NEW YORK ( MainStreet) -- Researchers at the University of Minnesota are calling for stronger seasonal flu shots after discovering the yearly vaccination prevents only about 59% of seasonal flu infections in adults.

Some shots were more effective than others. H1N1 (swine flu) shots were found to be 69% effective for adults under 65, as were flu vaccines delivered as nasal spray to children between 6 months and 7 years old, which were found to be 83% effective.

Seasonal flu shots have come under fire after a study found that the vaccine prevents only about 59% of infections in adults.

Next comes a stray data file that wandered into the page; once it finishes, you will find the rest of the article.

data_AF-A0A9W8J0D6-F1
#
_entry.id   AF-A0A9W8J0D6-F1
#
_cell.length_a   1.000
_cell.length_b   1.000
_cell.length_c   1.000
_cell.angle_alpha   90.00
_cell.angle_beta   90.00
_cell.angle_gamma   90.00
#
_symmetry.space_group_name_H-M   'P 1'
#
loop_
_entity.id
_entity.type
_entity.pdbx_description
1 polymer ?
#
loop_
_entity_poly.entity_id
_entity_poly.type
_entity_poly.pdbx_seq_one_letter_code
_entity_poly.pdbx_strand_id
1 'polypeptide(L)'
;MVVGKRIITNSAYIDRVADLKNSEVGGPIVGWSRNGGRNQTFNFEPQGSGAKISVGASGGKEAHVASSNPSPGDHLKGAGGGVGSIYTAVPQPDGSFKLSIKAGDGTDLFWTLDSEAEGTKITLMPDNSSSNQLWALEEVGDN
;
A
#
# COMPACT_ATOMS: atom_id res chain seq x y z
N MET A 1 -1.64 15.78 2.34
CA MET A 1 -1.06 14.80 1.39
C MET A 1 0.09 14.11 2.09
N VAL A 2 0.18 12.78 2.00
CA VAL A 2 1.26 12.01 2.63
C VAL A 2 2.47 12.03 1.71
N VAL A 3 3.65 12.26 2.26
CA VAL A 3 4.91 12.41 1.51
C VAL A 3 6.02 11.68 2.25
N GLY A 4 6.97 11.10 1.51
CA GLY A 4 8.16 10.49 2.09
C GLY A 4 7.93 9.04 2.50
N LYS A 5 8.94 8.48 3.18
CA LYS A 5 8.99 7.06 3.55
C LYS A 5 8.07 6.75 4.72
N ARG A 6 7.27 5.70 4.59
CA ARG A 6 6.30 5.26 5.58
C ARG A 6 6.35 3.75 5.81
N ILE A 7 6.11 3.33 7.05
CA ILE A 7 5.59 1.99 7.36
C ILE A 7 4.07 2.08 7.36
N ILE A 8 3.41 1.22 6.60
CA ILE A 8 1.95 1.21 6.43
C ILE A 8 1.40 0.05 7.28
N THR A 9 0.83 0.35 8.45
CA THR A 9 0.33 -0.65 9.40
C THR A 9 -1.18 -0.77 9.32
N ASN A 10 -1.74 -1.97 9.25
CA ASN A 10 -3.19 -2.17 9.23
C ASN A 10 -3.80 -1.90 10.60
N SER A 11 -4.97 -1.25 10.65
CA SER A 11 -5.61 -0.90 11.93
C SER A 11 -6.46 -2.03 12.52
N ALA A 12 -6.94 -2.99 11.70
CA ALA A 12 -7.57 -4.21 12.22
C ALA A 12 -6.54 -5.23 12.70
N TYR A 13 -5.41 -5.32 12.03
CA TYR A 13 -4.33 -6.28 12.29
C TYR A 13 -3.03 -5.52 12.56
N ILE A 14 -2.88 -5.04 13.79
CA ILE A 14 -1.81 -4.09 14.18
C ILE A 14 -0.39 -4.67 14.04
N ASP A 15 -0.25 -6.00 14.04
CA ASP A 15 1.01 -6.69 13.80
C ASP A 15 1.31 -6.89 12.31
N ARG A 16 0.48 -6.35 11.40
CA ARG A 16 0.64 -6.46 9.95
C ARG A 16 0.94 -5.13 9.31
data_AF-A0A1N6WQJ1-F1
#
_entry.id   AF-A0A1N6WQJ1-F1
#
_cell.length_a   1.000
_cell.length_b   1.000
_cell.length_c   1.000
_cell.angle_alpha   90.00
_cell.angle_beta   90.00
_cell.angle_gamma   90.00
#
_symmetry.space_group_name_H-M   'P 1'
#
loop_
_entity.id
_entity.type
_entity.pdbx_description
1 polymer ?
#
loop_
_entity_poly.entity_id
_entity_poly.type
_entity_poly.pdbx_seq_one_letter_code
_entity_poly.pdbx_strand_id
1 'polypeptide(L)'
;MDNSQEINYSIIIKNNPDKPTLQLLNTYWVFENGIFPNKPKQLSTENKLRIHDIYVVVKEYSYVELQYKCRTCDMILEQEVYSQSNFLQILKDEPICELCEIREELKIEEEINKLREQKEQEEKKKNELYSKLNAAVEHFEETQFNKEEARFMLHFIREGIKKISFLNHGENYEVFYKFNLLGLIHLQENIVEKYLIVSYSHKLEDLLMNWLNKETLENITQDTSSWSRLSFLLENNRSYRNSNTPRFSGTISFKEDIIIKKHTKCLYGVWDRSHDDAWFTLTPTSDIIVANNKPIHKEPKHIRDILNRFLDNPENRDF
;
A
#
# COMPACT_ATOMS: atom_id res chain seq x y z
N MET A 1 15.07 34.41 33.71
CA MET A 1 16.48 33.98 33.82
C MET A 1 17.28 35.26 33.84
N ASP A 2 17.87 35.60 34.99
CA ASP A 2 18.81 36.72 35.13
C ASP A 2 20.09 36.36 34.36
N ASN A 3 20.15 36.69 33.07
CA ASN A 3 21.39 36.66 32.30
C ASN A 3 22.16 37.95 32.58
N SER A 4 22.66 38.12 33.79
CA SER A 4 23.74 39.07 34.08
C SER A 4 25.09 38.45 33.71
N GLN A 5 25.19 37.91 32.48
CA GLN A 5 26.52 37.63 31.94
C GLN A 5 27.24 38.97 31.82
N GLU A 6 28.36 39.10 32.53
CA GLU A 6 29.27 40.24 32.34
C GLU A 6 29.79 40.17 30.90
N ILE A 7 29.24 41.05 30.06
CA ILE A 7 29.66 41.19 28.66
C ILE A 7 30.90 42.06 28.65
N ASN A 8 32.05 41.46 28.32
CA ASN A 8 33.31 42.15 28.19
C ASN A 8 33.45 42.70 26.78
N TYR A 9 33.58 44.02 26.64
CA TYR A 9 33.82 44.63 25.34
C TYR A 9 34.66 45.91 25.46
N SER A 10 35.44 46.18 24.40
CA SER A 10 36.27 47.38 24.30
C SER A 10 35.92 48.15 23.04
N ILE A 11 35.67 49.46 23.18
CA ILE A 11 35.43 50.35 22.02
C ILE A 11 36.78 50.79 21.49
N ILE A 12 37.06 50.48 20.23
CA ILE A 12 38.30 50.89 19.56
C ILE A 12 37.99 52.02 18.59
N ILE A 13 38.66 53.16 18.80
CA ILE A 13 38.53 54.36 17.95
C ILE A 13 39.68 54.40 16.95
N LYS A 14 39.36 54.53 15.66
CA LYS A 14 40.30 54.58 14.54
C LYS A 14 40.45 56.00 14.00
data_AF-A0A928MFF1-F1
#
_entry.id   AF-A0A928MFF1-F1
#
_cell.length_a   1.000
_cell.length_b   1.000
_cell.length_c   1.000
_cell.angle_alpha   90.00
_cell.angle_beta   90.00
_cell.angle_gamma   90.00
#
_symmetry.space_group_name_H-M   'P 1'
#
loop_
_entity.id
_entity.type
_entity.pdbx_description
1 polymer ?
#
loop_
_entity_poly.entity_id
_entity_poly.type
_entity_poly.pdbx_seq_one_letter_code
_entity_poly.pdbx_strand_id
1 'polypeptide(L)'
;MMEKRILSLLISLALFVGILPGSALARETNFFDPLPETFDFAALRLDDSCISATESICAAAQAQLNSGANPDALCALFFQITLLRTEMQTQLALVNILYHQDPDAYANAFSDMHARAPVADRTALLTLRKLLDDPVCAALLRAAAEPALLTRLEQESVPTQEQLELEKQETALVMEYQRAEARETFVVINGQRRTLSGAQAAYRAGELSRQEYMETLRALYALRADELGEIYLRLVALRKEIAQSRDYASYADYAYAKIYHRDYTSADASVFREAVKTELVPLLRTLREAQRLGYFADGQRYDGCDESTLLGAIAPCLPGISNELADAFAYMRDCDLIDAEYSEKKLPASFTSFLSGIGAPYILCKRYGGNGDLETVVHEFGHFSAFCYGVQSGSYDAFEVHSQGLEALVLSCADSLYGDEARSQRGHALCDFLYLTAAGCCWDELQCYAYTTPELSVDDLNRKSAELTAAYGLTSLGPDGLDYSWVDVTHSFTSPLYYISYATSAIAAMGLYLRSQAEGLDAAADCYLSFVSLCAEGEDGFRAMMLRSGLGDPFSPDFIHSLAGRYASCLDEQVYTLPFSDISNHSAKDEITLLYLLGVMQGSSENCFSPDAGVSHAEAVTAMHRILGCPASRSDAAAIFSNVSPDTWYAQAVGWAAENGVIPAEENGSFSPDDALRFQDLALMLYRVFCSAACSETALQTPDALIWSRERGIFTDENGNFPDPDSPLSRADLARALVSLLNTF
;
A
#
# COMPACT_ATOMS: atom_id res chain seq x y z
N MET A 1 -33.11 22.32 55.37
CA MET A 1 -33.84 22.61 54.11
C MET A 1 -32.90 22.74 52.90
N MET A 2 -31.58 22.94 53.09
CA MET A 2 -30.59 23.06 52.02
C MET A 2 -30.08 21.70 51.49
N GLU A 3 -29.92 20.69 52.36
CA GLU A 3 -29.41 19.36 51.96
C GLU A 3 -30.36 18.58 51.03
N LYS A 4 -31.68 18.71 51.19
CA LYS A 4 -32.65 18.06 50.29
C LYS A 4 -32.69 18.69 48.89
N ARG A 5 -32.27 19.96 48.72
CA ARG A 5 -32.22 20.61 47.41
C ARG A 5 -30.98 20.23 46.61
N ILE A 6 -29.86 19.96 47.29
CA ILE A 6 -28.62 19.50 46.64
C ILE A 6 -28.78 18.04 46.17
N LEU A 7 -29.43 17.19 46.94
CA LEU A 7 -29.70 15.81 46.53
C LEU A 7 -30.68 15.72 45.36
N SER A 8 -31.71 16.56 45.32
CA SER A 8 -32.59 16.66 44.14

The

results

are based on an analysis of 5,707 vaccination studies conducted during the past 44 years. Researchers say there is no adequate data that speaks to the flu vaccine's effectiveness on older Americans.

Researchers recommend that Americans get the current vaccination despite the inherent limitations, but they also urge world health officials to develop more effective ones.

"The ongoing public health burden caused by seasonal influenza and the potential global impact of a severe pandemic really signals the urgent need for a new generation of highly effective and cross-protective vaccines that we can produce rapidly," lead author Michael Osterholm said in a

written statement

.

The U.S. Centers for Disease Control and Prevention

recommends that anyone 6 months or older get an annual flu shot

.

Want more information on flu shots? Check out our

health hot topic.

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